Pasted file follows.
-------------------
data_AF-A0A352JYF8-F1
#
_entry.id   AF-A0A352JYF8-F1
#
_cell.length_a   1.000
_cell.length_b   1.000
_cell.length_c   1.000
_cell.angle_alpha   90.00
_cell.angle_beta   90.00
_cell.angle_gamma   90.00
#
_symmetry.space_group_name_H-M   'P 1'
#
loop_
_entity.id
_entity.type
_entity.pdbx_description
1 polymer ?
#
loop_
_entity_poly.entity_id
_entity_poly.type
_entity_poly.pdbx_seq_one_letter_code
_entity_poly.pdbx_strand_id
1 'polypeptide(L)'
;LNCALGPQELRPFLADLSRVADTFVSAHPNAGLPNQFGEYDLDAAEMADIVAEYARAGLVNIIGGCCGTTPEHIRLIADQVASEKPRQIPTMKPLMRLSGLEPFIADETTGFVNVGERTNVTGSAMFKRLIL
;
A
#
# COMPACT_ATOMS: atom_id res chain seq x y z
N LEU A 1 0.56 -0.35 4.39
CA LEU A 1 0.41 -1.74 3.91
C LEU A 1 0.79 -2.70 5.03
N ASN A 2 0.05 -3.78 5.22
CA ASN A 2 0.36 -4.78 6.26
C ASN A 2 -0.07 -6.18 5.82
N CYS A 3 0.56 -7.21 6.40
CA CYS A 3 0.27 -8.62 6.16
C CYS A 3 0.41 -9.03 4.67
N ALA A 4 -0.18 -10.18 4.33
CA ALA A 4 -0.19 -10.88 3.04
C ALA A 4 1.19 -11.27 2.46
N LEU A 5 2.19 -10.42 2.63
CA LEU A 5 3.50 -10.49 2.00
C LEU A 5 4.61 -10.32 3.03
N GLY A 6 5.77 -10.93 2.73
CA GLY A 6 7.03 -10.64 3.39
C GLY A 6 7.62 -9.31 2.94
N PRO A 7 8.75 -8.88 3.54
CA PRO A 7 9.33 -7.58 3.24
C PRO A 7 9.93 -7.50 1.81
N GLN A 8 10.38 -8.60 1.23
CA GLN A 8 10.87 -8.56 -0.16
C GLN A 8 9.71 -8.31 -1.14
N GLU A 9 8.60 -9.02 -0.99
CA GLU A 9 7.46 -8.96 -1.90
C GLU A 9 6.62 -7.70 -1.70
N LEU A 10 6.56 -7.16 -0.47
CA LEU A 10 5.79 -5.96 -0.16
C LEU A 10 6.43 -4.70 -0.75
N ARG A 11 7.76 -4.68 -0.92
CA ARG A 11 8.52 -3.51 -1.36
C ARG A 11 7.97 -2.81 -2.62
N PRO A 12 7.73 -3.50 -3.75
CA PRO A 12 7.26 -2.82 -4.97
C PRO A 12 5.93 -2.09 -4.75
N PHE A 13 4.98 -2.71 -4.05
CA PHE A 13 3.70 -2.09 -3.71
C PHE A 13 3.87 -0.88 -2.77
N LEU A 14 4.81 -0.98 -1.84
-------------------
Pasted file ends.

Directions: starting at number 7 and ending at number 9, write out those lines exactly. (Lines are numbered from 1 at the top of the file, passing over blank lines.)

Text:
_cell.length_c   1.000
_cell.angle_alpha   90.00
_cell.angle_beta   90.00